Ministers optimistic as talks with Wet'suwet'en chiefs continue for third day
Crown-Indigenous Relations Minister Carolyn Bennett ongoing talks, 'a good sign'
Senior government ministers say they remain optimistic that talks with Wet'suwet'en hereditary chiefs who oppose a natural gas pipeline will break an impasse that has sparked widespread protests and transport disruptions.
Federal Crown-Indigenous Relations Minister Carolyn Bennett and British Columbia Indigenous Relations Minister Scott Fraser say the discussions are complex and deal with difficult issues, but are progressing respectfully.
In a news conference Saturday, Bennett said the fact that the conversations are continuing is "a very good sign.''
The talks began Thursday afternoon in northern B.C. and continued into late into Friday night, and another update is expected later today.
"They're difficult discussions because it's not only about the rights and title that was determined by the Supreme court but it's 150 years of broken promises and a cynicism that is completely understandable," said Bennett from Smithers.
WATCH | Crown-Indigenous Relations Minister Carolyn Bennett address how Canada's history with Indigenous people is affecting the talks:
Some Wet'suwet'en hereditary chiefs are opposed to a natural gas pipeline in their traditional territory, an issue that has spurred solidarity protests and blockades across the country.
The demonstrations have disrupted passenger and freight train service over the last three weeks and police have recently moved to dismantle some of the blockades.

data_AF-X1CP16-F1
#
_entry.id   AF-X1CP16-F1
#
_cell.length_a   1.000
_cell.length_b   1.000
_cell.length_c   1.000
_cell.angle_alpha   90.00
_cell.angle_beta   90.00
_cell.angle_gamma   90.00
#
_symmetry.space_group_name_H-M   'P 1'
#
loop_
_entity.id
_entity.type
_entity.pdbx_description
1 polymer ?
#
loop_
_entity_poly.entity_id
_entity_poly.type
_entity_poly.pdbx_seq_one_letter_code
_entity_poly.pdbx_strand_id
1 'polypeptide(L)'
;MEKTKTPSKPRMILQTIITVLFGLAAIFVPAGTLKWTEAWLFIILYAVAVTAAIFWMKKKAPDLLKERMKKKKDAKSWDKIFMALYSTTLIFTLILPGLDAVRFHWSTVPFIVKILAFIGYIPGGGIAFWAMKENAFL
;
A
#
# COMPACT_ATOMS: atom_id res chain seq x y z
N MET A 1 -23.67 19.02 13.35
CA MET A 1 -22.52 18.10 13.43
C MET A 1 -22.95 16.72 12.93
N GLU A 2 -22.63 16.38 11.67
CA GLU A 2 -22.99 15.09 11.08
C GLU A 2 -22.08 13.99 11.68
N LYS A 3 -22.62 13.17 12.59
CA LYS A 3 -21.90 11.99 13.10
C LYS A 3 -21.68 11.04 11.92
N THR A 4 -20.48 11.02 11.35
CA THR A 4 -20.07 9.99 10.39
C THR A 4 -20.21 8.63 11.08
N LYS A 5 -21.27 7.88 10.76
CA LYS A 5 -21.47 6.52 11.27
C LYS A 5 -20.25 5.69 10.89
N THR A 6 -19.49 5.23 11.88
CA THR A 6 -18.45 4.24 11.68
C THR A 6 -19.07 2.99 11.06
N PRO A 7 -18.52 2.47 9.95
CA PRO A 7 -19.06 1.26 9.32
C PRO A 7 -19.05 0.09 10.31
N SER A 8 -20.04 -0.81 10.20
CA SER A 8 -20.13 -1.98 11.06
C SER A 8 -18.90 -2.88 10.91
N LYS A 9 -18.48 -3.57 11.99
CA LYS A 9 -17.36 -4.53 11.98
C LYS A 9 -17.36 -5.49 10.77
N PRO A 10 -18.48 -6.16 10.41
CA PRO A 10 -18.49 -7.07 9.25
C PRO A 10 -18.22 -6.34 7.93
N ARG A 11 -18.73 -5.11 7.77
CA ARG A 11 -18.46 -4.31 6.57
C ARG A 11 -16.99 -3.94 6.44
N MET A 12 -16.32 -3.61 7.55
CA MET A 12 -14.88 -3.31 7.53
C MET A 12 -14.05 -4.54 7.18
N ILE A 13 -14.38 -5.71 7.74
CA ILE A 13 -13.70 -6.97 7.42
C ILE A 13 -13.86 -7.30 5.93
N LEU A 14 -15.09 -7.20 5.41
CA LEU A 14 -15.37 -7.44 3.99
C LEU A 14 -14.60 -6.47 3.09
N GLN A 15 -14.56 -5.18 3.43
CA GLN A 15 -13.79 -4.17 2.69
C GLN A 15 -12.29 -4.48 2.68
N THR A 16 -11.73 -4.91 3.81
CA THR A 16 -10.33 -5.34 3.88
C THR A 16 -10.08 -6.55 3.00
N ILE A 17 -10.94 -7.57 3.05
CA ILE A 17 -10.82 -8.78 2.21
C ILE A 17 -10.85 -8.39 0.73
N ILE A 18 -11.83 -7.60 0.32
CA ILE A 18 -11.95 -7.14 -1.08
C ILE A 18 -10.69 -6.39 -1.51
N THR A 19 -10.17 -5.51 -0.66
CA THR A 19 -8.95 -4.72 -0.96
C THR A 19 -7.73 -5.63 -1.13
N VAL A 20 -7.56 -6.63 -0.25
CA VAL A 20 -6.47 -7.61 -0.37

Via Rail said Friday that most service will be gradually restored as of Tuesday, including between Toronto, Montreal and Ottawa. Solidarity protests and blockades have broken out across the country since the RCMP moved into Wet'suwet'en territory in northern British Columbia on Feb. 6 to enforce an injunction to stop a blockade erected by those opposed to the Coastal GasLink natural gas pipeline.
The Wet'suwet'en are governed by both a traditional hereditary chief system and elected band councils. A majority of its councils have approved the pipeline, but some of the Wet'suwet'en hereditary chiefs oppose it running through their traditional territory.
Our exclusive interview with chiefs Na’Moks. 3rd day of talks with governments just started. Topics: rights and titles, environment, climate change. Parties still committed to find solutions at the table. <a href="https://twitter.com/hashtag/Wetsuweten?src=hash&ref_src=twsrc%5Etfw">#Wetsuweten</a> <a href="https://t.co/SjLAUI71BC">https://t.co/SjLAUI71BC</a>—@phil_leblancSRC
On Saturday, Hereditary Chief Na'Moks, who said he participated in the Friday meeting until about 10 p.m., explained that talks have involved First Nation rights and title, protecting the environment and fighting climate change.
"We want a positive outcome. We want our lives to go back to normal," he said. "And we'd like to see Canada get back on its feet because currently this whole situation began with the invasion of our territory and the building of a pipeline and they did not think it would swell to the number of people who are supporting us."
Na'moks said some progress was made on Friday, but reiterated that the issue was complex, and would take time to resolve.
The dispute also encompasses other unsettled land rights and title issues, including who has the right to negotiate with governments and corporations, the fact that the land is not covered by a treaty and remains unceded, and a 1997 court case that recognized the hereditary chiefs' authority and the exclusive right of the Wet'suwet'en peoples to the land but did not specify the boundaries.
WATCH | Scott Fraser and Carolyn Bennett say ongoing talks 'a very good sign':
With files from Canadian Press